Caught up with former Mariners catcher John Jaso in the Oakland clubhouse today and got to ask him about the Rolex watch he received from Felix Hernandez as a gift for having worked his perfect game back in August.
“Nothing will top the actual experience of being back there catching it,” he said. “But this was a great gift from him.”
Hernandez had the words “Perfect Game” and the date inscribed on the back of the watch.
And then, of course, Jaso thanked Hernandez by getting that double in the fourth inning after the pitcher had retired the first 10 hitters in a row.
“I was going to tell him, ‘You’re not getting another perfect game on my watch’,” Jaso said.
To which, Hernandez might have replied something about Jaso not getting another watch on one of his perfect games. But anyhow, I digress.
I did ask Jaso, for fun, whether he’d rather have the watch or the double he hit.
“I would have to go with the Rolex,” he said. “I could get a double again another day, you know. A Rolex doesn’t come by too often.”
On a more serious note, Jaso was asked whether he’d passed along any Hernandez intel to his teammates, since he knows him up close like no other Oakland hitter. Jaso said that hitting coach Chili Davis tried to get some informtion from him to pass on to the others, but was told not to bother.
“I was like ‘Listen, if I tell you anything it’s just going to hurt people even more,” Jaso said. “Because, he can throw anything.”
Jaso has an epic 10-pitch confrontation with Hernandez in last night’s sixth inning that resulted in a strikeout.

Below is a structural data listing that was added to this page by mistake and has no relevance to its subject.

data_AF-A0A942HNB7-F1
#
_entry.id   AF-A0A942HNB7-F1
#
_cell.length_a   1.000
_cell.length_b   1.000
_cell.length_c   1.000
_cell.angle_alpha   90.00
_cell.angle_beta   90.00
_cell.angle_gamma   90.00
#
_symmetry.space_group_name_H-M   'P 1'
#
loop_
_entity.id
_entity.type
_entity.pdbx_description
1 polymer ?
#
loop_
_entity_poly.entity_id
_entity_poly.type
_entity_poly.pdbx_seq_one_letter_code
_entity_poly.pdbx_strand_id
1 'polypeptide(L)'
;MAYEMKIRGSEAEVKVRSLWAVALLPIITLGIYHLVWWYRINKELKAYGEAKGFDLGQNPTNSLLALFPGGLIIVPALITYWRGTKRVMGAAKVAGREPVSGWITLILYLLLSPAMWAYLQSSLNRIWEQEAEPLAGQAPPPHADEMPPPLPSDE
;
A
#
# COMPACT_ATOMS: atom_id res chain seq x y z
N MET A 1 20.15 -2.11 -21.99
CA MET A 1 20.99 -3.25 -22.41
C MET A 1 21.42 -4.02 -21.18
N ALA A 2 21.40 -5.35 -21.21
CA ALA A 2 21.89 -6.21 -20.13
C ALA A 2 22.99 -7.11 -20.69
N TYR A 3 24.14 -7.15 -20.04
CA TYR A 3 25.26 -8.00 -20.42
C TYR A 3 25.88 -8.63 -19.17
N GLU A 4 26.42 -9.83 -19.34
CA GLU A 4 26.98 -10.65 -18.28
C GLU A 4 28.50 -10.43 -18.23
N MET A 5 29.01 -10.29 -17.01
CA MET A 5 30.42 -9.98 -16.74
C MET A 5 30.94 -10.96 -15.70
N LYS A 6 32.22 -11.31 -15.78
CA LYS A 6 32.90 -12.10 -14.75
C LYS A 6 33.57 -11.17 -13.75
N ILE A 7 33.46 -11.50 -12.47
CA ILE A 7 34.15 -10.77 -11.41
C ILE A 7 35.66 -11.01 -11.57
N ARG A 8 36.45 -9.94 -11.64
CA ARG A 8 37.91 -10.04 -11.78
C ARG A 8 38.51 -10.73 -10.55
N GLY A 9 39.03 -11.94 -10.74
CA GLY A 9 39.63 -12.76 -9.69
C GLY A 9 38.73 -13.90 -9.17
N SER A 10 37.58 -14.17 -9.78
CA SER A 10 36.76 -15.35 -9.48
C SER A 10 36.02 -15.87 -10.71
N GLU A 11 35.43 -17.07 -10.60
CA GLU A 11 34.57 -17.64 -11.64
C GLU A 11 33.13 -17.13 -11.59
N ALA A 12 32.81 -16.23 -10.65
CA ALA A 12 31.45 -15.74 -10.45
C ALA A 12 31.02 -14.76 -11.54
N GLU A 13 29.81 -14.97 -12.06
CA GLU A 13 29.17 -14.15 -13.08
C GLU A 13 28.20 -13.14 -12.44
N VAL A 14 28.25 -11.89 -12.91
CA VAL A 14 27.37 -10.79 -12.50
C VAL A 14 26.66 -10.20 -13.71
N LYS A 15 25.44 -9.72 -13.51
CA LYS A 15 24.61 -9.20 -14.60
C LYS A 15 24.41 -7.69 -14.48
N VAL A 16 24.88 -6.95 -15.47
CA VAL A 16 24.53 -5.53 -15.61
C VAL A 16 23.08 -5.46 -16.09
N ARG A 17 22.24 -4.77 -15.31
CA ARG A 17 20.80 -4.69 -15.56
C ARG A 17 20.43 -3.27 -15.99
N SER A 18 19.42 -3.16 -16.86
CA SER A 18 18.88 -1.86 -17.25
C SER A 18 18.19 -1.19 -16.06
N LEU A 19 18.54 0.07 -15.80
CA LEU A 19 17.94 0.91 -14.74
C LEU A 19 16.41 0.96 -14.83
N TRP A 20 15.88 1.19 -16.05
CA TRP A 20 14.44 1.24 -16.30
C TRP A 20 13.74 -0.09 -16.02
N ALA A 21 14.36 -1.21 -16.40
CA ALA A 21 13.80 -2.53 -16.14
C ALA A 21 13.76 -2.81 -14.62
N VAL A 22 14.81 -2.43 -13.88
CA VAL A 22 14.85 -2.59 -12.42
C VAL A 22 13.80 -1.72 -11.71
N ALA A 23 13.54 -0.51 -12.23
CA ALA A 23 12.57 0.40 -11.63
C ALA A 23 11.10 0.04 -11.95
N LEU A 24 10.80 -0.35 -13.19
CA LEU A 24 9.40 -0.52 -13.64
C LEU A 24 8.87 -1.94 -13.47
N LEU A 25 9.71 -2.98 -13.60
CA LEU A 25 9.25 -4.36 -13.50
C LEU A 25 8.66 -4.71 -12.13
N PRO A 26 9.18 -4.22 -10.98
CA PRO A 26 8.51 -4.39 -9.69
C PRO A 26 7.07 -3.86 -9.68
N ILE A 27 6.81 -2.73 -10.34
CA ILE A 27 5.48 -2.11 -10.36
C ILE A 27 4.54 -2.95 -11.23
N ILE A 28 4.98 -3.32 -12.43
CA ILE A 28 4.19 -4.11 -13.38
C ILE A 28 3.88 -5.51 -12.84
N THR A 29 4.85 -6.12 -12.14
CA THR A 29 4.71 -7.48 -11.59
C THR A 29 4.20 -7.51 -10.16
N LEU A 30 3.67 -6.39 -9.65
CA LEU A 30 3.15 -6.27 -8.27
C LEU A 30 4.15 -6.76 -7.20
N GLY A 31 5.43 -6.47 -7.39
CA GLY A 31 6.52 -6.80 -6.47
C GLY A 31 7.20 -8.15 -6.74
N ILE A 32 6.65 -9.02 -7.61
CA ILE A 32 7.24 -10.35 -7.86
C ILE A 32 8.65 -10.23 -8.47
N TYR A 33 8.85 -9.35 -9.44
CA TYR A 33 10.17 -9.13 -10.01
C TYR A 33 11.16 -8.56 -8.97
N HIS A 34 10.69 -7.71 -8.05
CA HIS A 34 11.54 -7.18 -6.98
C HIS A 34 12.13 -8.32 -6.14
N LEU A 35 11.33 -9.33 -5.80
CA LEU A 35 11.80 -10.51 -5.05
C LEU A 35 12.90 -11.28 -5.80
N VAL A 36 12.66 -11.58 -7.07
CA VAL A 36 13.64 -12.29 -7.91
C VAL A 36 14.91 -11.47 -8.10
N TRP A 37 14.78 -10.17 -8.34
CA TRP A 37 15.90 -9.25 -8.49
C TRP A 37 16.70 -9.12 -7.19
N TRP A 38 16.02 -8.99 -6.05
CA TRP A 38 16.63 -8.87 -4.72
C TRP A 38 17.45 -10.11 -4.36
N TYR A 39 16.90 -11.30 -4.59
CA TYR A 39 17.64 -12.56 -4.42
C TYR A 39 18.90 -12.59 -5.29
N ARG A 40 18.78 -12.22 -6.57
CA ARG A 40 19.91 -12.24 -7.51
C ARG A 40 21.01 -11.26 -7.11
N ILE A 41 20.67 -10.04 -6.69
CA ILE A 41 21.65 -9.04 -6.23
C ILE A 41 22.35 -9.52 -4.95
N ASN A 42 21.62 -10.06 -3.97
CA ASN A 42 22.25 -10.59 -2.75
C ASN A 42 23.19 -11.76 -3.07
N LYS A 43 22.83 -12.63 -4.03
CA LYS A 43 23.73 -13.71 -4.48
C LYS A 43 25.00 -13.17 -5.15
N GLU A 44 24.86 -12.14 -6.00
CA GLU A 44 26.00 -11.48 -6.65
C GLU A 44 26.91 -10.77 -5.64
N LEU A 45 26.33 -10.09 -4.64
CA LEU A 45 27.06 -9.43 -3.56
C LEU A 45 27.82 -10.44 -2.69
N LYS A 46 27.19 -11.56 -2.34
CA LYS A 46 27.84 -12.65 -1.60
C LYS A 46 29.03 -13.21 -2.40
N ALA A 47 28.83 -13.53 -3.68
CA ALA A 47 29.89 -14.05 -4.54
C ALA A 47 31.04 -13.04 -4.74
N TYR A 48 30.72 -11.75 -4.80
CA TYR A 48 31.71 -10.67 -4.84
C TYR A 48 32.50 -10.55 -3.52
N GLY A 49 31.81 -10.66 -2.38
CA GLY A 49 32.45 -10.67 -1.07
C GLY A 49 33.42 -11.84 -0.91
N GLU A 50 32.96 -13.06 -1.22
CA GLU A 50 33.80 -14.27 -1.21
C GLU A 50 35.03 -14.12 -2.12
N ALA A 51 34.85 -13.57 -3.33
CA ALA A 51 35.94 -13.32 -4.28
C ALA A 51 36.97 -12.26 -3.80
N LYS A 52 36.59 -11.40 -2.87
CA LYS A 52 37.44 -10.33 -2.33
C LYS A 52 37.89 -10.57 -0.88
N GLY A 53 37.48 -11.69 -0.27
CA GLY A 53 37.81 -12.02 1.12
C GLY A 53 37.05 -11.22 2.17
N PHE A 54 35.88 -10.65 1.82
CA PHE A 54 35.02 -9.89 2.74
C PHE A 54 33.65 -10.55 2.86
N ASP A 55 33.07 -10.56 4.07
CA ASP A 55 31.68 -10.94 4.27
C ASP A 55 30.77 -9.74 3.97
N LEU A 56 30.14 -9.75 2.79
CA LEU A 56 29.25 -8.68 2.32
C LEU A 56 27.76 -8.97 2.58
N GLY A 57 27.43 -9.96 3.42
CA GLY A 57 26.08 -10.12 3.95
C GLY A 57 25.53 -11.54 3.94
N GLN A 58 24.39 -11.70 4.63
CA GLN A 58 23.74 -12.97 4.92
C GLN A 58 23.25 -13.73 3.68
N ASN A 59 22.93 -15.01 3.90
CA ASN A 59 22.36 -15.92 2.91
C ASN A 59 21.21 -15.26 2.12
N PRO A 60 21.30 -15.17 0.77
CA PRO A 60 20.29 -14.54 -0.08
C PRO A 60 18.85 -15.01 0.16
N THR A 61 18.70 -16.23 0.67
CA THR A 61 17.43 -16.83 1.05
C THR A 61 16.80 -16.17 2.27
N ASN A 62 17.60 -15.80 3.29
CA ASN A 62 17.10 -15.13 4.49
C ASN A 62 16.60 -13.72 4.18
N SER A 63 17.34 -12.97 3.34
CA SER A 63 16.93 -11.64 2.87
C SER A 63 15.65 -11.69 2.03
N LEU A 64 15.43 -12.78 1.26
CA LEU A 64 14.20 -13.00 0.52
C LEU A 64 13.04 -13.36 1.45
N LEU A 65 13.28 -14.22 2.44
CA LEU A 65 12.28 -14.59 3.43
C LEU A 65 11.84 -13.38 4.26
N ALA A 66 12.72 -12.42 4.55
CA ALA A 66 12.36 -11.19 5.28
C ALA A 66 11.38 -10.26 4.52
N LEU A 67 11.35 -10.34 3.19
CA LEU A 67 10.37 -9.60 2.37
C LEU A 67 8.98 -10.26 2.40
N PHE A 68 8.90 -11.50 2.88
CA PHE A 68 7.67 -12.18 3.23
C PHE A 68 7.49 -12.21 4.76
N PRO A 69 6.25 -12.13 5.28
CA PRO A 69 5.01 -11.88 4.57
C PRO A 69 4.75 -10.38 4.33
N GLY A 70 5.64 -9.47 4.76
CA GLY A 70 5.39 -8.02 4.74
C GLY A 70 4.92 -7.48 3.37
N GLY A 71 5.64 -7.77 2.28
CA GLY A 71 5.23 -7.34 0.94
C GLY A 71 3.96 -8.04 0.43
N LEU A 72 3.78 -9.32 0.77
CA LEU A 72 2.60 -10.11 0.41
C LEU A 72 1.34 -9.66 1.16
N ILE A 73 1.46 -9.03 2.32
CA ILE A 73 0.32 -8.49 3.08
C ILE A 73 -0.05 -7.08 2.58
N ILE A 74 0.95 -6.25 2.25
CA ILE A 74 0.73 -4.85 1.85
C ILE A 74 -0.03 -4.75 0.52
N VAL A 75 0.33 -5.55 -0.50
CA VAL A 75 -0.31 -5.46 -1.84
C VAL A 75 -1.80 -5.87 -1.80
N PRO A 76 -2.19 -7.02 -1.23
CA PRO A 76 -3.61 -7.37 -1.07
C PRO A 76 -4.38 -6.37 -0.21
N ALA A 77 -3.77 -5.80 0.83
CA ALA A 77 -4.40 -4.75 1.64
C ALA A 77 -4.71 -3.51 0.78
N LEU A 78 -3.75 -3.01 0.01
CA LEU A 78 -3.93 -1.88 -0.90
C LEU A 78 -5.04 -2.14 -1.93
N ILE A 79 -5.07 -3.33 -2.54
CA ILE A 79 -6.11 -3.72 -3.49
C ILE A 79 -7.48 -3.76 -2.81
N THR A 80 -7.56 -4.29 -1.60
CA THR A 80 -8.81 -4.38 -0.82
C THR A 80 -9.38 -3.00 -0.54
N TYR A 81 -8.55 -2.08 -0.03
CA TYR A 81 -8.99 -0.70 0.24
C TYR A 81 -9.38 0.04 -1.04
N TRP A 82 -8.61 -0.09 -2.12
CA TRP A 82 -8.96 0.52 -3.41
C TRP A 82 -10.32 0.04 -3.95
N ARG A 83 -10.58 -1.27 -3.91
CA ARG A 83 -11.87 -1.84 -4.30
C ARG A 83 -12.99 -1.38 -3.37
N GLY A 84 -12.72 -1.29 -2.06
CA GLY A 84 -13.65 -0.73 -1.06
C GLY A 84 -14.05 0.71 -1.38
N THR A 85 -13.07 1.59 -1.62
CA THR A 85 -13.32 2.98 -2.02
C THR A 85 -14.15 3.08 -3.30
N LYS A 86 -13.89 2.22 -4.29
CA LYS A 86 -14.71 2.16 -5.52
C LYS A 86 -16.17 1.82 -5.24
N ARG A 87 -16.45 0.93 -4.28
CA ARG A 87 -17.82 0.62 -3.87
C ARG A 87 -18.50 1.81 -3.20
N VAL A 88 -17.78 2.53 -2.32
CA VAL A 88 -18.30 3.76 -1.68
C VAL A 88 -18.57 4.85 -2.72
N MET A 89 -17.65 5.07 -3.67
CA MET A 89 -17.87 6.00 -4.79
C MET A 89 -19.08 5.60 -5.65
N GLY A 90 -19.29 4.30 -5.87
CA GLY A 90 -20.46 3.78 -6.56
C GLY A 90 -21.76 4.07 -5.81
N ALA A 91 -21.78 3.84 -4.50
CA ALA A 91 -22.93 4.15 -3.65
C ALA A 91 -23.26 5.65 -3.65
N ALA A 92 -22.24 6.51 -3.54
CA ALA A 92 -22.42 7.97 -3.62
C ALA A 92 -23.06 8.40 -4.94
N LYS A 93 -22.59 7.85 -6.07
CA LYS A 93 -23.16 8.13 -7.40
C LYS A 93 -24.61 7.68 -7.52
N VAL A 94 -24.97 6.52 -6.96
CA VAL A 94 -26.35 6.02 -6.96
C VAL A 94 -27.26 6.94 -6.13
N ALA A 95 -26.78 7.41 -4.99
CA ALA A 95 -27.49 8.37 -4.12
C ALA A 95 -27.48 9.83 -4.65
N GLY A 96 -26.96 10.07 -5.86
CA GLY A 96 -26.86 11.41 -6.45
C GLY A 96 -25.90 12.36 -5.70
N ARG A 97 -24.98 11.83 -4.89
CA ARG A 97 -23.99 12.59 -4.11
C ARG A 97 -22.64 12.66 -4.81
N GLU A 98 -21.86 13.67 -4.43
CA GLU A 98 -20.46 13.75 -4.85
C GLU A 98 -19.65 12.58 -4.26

“In that at-bat, I struck out and got a lot of pitches,” Jaso said. “He was throwing everything. I mean, he was trying to strike me out with everything he had. So, as soon as I say ‘Watch out for his changeup!’ then here comes a curveball. You know what I mean? And they’re all plus-pitches. So, you can really screw somebody up by thinking too much. And I’d say the only way to get a hit off him is, don’t miss that one pitch.
“I mean, everybody’s human and he’s going to make a mistake somewhere,” he added. “Your focus just has to be heightened like so much so that you don’t miss that pitch.”
Hernandez was throwing mainly changeups and curveballs in the at-bat and struck Jaso out on an 87 mph changeup.
“It seems like the harder he throws it, the better it is,” Jaso said. “If his changeup starts slowing down in the 86 mph range, then he starts leaving it up more. But if he’s throwing it hard, he’s throwing it down. And that’s more in the 88, or 89 mph range. I saw it hitting and it was tough. He threw one to me (at 87 mph) in that at-bat where I struck out and it was right at my knees and I thought it maybe was a ball.
“The umpire called a strike on me, so that’s in my head and then everytime he threw one down there I was hacking away at it after that.”